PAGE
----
Recently, we published a blog post titled: “3 Traps & Tips for Coaching Egotist Leaders” which may be helpful. Also, we will be publishing a follow up article with suggestions to deal effectively with Egotist Leaders.
 One last piece of advice is that for those who are highly caring, warm and sensitive and who may possibly have a Risk Factor as a “Pleaser”. Do not work for an Egotist. This would quickly become a dysfunctional relationship that is akin to the sycophant-narcissist duo. The problem with individuals with extremely high Interpersonal Sensitivity and the Pleaser risk is that they have difficulty setting boundaries, saying no, or in being frank and candid. These traits make the person vulnerable to the ardent Egotist who may use and abuse them.
Note: The 5th Extreme Narcissist type described by Dr. Burgo is the “Addicted Narcissist” and this is not a characteristic that we measure or identify in our assessment tools.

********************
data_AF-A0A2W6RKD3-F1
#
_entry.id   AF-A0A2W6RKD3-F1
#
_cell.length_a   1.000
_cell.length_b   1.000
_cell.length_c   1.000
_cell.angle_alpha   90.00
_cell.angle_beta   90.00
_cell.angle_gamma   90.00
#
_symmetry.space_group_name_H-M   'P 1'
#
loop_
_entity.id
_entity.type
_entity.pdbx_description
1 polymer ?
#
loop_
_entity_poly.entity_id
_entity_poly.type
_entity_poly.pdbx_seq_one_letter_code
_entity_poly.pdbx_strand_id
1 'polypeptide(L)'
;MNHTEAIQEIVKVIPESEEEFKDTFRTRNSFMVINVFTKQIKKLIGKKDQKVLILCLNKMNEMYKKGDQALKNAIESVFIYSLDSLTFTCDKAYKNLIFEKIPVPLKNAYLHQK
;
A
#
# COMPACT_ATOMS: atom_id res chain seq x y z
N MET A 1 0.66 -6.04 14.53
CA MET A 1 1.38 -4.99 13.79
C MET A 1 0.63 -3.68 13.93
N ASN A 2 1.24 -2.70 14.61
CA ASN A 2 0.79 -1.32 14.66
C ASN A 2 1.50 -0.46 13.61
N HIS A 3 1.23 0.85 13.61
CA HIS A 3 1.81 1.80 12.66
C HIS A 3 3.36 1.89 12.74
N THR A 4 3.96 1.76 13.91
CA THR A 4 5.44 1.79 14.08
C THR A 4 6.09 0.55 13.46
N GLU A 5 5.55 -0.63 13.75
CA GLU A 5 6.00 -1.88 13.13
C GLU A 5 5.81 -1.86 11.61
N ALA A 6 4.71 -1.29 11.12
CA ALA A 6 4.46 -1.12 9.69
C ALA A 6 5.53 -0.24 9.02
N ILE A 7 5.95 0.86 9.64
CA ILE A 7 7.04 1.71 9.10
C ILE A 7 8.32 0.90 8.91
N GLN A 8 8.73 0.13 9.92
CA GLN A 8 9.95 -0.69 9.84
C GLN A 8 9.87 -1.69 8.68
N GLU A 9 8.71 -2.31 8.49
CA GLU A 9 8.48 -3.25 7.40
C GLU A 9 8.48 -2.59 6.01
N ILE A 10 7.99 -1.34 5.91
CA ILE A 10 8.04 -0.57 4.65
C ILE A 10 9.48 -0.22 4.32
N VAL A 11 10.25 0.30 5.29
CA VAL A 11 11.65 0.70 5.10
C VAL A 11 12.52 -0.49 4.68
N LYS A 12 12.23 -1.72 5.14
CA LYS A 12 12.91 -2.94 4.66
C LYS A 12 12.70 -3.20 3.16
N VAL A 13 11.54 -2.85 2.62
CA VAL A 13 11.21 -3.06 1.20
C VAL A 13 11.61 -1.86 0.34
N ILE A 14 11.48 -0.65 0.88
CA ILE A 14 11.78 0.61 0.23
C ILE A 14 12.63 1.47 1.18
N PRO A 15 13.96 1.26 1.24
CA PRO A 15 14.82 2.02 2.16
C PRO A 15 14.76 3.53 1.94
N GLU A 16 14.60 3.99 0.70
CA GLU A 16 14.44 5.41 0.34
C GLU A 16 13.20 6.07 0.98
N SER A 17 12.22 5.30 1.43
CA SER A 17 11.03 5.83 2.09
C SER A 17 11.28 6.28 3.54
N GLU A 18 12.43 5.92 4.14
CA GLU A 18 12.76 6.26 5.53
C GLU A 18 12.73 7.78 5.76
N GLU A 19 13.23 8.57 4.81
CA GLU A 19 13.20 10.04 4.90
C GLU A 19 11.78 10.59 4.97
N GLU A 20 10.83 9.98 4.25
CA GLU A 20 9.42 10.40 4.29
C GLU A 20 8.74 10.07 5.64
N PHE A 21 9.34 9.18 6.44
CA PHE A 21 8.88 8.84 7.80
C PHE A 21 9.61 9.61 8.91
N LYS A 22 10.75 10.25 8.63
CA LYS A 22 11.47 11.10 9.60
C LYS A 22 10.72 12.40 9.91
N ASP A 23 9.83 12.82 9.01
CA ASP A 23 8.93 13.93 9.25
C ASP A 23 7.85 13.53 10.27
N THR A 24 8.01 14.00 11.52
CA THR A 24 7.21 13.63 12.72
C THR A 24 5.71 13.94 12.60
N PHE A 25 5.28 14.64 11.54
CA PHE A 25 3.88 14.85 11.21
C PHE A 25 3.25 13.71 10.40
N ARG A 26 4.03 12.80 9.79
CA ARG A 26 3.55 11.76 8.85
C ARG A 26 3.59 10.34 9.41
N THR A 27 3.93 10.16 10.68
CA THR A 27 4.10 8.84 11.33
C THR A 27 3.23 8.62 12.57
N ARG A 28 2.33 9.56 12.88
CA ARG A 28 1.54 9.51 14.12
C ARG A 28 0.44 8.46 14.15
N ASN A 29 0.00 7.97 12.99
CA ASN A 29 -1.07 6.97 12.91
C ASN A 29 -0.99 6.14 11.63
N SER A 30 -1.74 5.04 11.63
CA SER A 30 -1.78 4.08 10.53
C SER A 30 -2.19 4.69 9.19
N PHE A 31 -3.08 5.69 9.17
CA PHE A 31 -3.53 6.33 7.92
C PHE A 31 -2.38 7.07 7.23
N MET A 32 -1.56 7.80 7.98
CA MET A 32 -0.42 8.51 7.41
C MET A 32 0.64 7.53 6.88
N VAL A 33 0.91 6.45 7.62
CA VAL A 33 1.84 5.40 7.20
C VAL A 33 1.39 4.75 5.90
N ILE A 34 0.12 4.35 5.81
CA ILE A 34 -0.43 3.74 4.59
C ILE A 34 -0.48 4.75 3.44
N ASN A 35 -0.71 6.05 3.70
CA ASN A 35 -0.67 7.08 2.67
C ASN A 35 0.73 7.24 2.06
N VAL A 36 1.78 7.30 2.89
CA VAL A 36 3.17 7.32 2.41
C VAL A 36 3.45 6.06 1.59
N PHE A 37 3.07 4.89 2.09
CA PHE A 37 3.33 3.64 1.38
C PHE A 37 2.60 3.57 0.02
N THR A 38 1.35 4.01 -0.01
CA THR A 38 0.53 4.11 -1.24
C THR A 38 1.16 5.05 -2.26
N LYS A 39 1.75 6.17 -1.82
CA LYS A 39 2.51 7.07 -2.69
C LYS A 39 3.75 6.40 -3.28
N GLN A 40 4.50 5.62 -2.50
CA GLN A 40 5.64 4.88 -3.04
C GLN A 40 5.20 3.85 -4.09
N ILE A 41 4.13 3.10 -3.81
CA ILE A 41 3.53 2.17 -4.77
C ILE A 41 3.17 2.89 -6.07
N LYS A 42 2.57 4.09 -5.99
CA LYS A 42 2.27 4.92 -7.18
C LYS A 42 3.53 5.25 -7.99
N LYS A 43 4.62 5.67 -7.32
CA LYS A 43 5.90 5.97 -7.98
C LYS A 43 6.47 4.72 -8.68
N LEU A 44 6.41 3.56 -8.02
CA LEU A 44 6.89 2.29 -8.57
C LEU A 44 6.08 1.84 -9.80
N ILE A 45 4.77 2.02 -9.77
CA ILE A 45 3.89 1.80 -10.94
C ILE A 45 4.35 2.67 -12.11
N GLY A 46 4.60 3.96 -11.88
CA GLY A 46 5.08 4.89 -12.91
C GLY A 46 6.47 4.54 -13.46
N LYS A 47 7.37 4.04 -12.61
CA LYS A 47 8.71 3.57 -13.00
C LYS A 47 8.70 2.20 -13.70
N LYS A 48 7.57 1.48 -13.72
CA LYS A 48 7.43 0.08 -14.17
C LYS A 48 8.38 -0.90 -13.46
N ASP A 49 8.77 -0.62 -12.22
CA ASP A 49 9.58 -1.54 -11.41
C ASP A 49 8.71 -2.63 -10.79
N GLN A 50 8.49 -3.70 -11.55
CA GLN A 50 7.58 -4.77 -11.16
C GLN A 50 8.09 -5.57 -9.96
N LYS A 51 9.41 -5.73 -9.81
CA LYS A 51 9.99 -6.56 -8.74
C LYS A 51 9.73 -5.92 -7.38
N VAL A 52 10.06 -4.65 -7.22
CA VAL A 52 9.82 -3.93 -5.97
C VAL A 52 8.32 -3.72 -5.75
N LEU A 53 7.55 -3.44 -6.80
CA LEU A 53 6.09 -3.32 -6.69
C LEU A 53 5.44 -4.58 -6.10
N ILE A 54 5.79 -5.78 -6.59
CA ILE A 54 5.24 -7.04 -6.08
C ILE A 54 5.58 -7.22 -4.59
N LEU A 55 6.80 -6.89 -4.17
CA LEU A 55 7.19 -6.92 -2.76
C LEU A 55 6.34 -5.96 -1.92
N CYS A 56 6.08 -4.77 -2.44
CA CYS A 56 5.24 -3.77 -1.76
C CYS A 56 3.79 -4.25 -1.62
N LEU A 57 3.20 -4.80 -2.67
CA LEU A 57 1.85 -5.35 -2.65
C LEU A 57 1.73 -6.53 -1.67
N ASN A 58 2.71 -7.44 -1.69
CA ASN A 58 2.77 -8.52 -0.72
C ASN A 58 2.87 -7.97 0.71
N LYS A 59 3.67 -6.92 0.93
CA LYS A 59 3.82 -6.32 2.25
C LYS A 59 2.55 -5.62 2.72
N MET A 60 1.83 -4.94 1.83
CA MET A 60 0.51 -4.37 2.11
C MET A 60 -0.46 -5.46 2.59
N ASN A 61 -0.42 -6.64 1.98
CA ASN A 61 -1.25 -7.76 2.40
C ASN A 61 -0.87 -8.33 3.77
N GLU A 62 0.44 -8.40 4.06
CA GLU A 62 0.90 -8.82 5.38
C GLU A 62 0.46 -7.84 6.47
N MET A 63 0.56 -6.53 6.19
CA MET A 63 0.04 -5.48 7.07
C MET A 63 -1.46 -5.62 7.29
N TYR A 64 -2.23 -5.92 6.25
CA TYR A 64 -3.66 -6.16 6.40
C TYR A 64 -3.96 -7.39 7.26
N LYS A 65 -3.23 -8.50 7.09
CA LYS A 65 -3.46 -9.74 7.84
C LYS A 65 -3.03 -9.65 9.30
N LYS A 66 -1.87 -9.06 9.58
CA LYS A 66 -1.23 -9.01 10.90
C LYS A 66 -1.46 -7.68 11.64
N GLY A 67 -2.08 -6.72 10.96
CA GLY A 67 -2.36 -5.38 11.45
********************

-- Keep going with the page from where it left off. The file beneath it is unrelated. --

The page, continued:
©2015, CDR Assessment Group, Inc., Tulsa, OK, All rights reserved.
Nancy Parsons is President and Co-founder of CDR Assessment Group, Inc. (CDR) providing break-through assessments and consulting services for global client to enhance their leader development and talent management initiatives.   Nancy provides coaching services for C-Suite executives and key leaders from global organizations across all sectors.  She facilitates strategic executive team development and custom authentic leadership workshops for clients.  Nancy also devotes significant time to coaching/mentoring, training and certifying executive coaches.  She is also a member of The Alexcel Group, an elite international group of executive coaching and leadership experts. 

Wednesday, July 8, 2015